A bill recently submitted to the New Jersey State Legislature proposes tax incentives that would target bitcoin miners as well as other digital currency businesses in the state.
The purpose of the Digital Currency Jobs Creation Act, according to its authors, “is to promote innovation in the burgeoning digital currency industry, to protect consumers of digital currency services and to create jobs in the State of New Jersey”.
Among the specific incentives included in the draft is a proposed tax break on energy and utility bills for digital currency miners, which the text refers to as “digital currency servicers”.
The bill reads:
“Receipts from retail sales of energy and utility service to a digital currency servicer or a company registered under ‘The Digital Currency Job Creation Act’ for use or consumption directly and primarily in the creation of digital currency, including mining, shall be exempt from the tax imposed under the ‘Sales and Use Tax Act.'”
The text establishes that digital currency companies would become eligible for funding under existing law created to fuel job creation in New Jersey.
Notably, the bill also includes a passage that, if approved, would empower the state to accept tax payments in bitcoin through a previously approved electronic payments system.
In line with its stated purpose of fostering digital currency innovation, the bill would stop state municipalities “from prohibiting, abridging, levying a tax upon or otherwise restricting the creation, retention, transmission or any other use of the digital currency within the state, except as otherwise provided for in the bill”.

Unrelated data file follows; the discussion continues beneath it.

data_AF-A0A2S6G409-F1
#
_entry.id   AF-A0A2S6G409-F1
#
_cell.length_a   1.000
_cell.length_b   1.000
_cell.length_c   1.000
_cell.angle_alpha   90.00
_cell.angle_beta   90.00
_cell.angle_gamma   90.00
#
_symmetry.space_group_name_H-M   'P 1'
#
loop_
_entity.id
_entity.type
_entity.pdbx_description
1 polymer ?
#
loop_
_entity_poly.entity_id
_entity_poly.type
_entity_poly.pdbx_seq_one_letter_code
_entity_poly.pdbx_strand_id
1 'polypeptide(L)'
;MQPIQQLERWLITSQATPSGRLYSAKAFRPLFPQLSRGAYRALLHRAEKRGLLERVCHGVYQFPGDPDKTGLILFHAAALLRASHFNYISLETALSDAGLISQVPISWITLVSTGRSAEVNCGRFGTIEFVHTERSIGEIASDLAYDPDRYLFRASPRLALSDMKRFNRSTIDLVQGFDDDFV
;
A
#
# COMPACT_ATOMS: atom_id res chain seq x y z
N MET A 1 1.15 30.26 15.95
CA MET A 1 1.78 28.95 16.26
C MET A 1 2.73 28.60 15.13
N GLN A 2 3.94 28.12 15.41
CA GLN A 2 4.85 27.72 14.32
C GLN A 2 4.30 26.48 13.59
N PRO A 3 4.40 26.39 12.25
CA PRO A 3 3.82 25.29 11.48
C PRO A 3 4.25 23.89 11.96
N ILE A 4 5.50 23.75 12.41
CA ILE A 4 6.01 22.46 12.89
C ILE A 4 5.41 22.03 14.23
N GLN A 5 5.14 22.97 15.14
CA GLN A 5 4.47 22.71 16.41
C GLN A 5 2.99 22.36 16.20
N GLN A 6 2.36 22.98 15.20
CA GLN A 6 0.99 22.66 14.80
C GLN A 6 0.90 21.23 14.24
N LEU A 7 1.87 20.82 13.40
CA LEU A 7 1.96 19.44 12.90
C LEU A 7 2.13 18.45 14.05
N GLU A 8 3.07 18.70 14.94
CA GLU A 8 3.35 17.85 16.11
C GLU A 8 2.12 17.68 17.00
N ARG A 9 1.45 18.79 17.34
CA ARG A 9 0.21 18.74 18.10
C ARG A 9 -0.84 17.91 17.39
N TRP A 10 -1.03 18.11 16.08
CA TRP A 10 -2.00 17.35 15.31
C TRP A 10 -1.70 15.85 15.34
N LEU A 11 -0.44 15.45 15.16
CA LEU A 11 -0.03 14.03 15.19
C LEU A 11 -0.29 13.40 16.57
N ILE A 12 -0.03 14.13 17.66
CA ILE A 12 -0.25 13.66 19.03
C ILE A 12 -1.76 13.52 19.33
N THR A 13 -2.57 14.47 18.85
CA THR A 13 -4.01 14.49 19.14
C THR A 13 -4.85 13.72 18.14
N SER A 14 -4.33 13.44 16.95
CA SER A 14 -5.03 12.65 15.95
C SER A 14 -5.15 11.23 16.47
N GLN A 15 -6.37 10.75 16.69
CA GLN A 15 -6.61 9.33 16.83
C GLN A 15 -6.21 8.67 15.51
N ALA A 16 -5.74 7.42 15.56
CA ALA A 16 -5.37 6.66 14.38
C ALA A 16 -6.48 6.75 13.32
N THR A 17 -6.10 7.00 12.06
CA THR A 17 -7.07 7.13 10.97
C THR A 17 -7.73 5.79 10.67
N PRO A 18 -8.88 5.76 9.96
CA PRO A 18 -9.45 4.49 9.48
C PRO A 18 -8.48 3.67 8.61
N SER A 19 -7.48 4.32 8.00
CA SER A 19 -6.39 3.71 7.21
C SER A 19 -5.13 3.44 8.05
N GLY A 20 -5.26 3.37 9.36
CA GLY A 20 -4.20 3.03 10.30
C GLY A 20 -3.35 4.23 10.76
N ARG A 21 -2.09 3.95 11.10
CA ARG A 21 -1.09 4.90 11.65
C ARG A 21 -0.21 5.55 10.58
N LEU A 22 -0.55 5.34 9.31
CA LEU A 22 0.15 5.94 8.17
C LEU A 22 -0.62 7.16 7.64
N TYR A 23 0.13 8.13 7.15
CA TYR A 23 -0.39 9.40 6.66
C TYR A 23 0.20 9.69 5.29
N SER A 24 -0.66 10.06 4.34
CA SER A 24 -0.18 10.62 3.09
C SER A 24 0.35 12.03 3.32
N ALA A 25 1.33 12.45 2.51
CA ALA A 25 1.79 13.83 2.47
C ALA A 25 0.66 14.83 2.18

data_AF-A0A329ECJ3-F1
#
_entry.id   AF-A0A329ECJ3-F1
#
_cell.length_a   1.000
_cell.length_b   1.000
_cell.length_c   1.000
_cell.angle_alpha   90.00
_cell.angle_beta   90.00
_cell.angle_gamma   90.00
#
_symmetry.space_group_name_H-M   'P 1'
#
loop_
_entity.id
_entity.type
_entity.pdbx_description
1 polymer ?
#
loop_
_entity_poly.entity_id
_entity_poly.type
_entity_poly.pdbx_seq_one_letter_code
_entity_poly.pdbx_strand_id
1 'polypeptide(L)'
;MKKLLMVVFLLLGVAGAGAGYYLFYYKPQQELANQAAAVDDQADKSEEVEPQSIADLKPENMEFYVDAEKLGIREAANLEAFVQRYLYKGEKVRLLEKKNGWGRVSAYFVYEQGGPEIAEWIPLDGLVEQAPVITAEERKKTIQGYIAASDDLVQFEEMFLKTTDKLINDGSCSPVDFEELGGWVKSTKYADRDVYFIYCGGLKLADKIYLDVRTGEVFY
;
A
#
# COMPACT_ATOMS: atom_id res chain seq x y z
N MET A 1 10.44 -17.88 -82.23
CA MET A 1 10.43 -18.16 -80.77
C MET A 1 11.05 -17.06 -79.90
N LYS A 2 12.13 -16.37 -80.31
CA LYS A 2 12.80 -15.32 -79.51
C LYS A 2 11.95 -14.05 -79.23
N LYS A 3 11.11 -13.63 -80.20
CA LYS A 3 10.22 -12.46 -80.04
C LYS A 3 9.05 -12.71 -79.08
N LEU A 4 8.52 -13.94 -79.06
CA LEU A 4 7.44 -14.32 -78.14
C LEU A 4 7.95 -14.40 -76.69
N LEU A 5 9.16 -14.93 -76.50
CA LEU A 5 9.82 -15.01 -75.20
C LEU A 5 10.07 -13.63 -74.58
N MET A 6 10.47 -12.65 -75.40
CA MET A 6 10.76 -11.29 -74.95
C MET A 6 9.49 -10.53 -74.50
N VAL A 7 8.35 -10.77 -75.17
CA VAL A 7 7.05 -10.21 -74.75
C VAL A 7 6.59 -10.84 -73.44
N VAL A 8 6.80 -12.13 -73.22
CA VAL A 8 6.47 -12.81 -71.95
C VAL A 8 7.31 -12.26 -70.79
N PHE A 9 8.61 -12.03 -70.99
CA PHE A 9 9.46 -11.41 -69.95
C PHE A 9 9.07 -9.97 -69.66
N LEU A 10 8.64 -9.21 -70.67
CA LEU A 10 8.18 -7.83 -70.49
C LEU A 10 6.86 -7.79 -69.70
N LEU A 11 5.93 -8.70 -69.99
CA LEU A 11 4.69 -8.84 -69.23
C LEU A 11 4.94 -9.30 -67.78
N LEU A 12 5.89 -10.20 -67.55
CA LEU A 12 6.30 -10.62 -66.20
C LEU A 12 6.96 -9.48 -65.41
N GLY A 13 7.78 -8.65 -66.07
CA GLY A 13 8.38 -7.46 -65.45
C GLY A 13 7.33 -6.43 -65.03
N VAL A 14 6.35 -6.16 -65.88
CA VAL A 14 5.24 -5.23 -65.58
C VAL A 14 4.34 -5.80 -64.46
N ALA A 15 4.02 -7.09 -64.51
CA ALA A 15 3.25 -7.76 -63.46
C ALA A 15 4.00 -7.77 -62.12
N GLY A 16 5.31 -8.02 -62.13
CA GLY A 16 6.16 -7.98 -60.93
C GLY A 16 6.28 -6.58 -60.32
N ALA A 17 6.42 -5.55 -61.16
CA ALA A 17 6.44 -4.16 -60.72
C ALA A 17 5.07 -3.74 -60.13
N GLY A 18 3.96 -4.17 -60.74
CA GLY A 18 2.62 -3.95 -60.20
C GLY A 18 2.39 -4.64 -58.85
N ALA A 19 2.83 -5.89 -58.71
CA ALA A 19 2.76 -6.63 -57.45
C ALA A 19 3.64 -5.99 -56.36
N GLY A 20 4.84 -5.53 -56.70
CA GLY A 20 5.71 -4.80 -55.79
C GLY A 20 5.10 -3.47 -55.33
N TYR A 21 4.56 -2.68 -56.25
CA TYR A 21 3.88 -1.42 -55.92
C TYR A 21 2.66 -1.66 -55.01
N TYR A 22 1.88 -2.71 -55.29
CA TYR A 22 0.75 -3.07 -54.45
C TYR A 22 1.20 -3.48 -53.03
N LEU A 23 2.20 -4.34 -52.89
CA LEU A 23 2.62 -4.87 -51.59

The New Jersey Commissioner of Banking and Insurance would oversee the state’s digital currency sector should the measure be approved.
Job growth boosters
The bill would allow qualifying digital currency companies the ability to receive tax breaks provided they meet certain job creation thresholds.
The tax breaks would stem from the Grow New Jersey Assistance Act, a job-boosting measure signed into law in 2012 by Governor Chris Christie and later adjusted last year.
“For a digital currency servicer to be eligible for that program, the minimum number of new or retained full-time jobs would be a minimum of 10 new or 25 retained full-time jobs, which is less than is required for certain other types of business,” the bill reads.
Digital currency companies would be able to receive additional tax breaks should they exceed these figures.
“Digital currency servicers and registrants would be eligible for, in addition to the base amount of the tax credit, an additional $5,000 for each new or retained full-time job each year,” the bill adds.
Rules for custodians
The bill echoes other state-based proposals for bitcoin regulation in its approach toward digital currency custodians, outlining the requirements related to cybersecurity, consumer risk disclosure and recordkeeping.
Among the stipulations included in the bill is a requirement that officers, major stockholders and employees that actually handle funds need to submit fingerprints to state regulators.
The bill would also empower the Commissioner of Banking and Insurance to seek injunction against companies that violate the stipulations, giving the state regulator the ability to levy as much as $5,000 per violation.
The full draft text of the Digital Currency Jobs Creation Act can be found below:
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